The heart of Old Town Kaunas
From the castle, it’s only a few steps to the City Hall Square with the City Hall itself standing proudly in the middle.
Locals call it The White Swan for its tall and slim structure and it really is a gem of the renaissance architecture.
The square is surrounded by small pastel houses and – on the contrary – massive churches.
Altogether the place looks really nice and I can only imagine how great it must be there in the spring or summer time when you can chill out at the outdoor cafes during long, warm evenings.
Best view of Kaunas
The best view of the Old Town and its numerous church towers can be seen from the Aleksotas Hill.
You just have to cross the bridge over Nemunas river and you are at the lower station of the funicular, opened in 1935 (Kaunas is the only city in Lithuania that has funiculars, even two of them!).
Unfortunately, during my visit, this railway was not operating but the hill isn’t that high so going up there wasn’t so much of the deal.
And the view from there was really amazing, worth all the effort. Everything was covered with a thin layer of snow which even added up to the atmosphere.
The interesting fact is that until the year 1918 Kaunas was a border city and this very part already belonged to the Kingdom of Poland!
The edgy side of the Kaunas Old Town
I returned to the Old Town and joined the crowds on Vilniaus – the main pedestrian street. It got the name after the capital of Lithuania as it used to be the beginning of the long way from Kaunas to Vilnius.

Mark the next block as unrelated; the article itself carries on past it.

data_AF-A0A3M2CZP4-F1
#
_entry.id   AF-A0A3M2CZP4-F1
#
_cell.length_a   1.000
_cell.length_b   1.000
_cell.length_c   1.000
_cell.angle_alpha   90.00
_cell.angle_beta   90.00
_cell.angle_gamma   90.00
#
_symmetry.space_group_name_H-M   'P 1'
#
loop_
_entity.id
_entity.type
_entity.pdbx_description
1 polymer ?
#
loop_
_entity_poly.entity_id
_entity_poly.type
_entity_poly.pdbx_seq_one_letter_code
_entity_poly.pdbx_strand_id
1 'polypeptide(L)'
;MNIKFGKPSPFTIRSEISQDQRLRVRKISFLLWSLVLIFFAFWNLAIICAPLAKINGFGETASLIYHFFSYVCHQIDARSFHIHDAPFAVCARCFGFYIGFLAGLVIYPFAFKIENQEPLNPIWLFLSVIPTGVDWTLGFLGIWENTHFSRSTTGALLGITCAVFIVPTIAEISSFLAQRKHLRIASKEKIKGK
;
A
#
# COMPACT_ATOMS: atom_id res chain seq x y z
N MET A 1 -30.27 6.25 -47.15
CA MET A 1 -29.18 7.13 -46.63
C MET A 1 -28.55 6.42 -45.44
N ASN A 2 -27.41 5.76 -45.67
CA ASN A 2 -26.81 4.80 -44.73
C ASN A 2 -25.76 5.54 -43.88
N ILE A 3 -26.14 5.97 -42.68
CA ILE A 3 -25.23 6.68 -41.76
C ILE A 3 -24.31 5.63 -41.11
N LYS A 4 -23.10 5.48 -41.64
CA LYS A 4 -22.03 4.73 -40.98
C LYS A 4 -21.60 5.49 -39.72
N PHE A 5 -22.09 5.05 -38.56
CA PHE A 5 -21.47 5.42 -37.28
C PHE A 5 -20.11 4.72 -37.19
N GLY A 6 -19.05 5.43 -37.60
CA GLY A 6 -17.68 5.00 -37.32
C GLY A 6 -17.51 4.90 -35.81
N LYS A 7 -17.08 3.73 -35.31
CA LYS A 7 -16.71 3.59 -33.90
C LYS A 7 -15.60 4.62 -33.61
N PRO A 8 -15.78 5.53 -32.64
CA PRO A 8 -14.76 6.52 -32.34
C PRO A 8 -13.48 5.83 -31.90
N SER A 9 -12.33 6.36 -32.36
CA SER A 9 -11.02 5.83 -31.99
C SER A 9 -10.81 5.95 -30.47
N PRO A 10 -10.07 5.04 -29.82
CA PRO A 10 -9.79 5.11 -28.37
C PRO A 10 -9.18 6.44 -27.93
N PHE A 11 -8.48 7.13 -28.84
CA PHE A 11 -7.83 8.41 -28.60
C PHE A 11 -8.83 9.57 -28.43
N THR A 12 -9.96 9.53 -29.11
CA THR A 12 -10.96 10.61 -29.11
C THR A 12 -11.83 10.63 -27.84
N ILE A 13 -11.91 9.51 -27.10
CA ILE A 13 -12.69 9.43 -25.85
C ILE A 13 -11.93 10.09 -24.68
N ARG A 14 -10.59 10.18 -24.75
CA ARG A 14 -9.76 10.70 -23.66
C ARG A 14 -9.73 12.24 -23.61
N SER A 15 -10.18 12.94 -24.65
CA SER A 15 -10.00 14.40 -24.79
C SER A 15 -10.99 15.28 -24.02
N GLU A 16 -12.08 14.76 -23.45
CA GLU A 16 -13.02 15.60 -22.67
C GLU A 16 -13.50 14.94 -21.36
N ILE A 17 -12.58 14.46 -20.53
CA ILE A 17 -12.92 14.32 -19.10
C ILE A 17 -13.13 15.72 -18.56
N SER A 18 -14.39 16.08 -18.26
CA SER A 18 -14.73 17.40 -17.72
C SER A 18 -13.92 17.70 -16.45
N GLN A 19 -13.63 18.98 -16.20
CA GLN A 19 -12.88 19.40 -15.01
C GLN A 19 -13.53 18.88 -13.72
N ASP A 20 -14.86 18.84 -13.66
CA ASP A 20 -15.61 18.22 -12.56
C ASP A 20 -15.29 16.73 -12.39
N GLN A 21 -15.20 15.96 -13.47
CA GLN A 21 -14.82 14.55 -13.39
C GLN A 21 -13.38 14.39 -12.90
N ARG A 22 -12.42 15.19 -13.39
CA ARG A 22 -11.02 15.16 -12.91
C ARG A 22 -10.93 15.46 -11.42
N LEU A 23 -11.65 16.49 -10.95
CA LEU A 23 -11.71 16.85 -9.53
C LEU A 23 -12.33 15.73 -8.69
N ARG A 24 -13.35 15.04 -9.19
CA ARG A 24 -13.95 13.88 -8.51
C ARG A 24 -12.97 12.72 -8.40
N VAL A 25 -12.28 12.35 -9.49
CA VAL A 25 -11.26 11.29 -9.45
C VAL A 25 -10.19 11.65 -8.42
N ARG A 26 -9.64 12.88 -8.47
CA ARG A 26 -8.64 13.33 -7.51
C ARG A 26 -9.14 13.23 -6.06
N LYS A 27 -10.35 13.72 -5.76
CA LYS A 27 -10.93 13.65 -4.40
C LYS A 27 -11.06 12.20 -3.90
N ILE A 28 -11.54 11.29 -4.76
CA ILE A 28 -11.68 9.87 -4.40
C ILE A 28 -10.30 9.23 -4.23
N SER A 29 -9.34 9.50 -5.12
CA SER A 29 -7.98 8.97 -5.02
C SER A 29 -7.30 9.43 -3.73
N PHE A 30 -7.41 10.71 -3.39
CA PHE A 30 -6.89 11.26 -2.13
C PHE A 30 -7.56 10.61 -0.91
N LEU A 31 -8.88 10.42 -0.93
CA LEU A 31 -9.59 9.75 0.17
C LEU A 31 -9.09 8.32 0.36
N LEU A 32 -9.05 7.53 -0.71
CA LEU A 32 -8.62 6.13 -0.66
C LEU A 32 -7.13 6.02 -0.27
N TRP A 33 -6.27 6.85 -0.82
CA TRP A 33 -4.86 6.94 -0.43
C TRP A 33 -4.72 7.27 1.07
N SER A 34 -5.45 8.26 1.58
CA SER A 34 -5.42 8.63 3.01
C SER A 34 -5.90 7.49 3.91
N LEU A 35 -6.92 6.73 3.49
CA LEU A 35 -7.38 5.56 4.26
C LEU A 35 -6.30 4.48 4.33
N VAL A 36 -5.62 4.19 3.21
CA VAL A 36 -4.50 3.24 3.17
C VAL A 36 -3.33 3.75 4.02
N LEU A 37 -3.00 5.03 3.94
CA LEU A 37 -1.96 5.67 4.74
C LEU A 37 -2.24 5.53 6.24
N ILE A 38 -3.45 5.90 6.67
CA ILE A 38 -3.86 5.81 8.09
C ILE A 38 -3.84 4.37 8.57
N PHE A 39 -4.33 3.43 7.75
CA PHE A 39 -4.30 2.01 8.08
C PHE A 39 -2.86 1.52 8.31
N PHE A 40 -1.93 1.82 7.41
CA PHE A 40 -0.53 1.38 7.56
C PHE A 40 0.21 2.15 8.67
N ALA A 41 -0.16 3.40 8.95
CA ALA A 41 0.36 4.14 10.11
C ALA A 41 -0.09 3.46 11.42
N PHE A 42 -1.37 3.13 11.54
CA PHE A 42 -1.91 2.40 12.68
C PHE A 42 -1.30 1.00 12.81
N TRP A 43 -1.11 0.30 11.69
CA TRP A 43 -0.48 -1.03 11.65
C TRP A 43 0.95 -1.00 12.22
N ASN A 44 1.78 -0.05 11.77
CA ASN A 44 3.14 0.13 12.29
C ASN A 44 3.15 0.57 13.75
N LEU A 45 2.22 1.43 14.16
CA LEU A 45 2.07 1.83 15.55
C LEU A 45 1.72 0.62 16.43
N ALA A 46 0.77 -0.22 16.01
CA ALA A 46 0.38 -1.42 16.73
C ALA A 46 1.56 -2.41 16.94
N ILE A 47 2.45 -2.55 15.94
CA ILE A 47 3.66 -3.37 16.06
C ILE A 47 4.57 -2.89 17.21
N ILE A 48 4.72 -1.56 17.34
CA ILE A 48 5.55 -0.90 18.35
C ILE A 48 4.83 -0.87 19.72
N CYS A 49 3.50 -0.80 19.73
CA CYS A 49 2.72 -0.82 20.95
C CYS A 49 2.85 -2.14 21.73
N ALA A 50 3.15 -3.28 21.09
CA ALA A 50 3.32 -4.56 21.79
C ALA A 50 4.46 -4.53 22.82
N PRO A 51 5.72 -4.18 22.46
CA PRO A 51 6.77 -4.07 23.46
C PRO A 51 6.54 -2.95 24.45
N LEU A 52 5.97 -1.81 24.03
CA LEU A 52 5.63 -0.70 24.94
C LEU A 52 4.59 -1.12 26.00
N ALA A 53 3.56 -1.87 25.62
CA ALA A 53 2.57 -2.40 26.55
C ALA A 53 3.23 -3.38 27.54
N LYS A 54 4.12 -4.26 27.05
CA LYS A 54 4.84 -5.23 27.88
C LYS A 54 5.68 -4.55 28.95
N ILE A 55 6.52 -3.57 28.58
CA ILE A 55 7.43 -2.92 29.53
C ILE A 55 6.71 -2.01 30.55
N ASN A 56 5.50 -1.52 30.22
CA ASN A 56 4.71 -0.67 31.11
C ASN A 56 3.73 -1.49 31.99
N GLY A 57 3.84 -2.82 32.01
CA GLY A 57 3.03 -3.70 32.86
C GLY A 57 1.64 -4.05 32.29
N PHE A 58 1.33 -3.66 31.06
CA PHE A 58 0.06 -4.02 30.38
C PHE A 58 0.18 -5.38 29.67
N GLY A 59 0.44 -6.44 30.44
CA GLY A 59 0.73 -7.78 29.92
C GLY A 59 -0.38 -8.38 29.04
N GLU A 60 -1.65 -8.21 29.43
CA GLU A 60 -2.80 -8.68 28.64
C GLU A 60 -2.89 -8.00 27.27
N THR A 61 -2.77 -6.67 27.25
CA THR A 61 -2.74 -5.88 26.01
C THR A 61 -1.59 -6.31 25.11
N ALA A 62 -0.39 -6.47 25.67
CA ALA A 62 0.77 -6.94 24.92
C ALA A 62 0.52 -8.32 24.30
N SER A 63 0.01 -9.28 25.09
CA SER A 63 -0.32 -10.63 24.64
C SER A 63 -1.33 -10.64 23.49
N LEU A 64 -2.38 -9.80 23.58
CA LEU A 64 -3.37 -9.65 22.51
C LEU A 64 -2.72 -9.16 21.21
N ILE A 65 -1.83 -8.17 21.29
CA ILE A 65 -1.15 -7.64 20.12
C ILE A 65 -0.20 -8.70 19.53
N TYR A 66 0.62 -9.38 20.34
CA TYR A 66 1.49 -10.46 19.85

The street is packed with interesting architecture but since it was also packed with people very quickly I started just wandering in the backstreets. They were often not so pretty anymore but they definitely had this cool, edgy vibe around.
The layer of paint was often scratched to unveil bare bricks. The place was also full of street art in the most unexpected places!
This was when I started really falling for Kaunas and the more I explored, the stronger my affection was!
Cool, alternative Kaunas
The Old Town very smoothly changes into the Center. That’s where you can see one of the greatest murals I’ve ever seen – a girl on the pony that looks like it’s painted with crayons! So beautiful!
But the center of Kaunas hides numerous cool, alternative and quirky spots, I was over the moon when I was trying to chase them all and randomly kept finding even more hidden attractions.
Like the courtyard on Ozeskienes street, close to the synagogue.
At first there you see just a Charlie Chaplin painted on the wall but when you go further you find so many little quirks you don’t know where to look!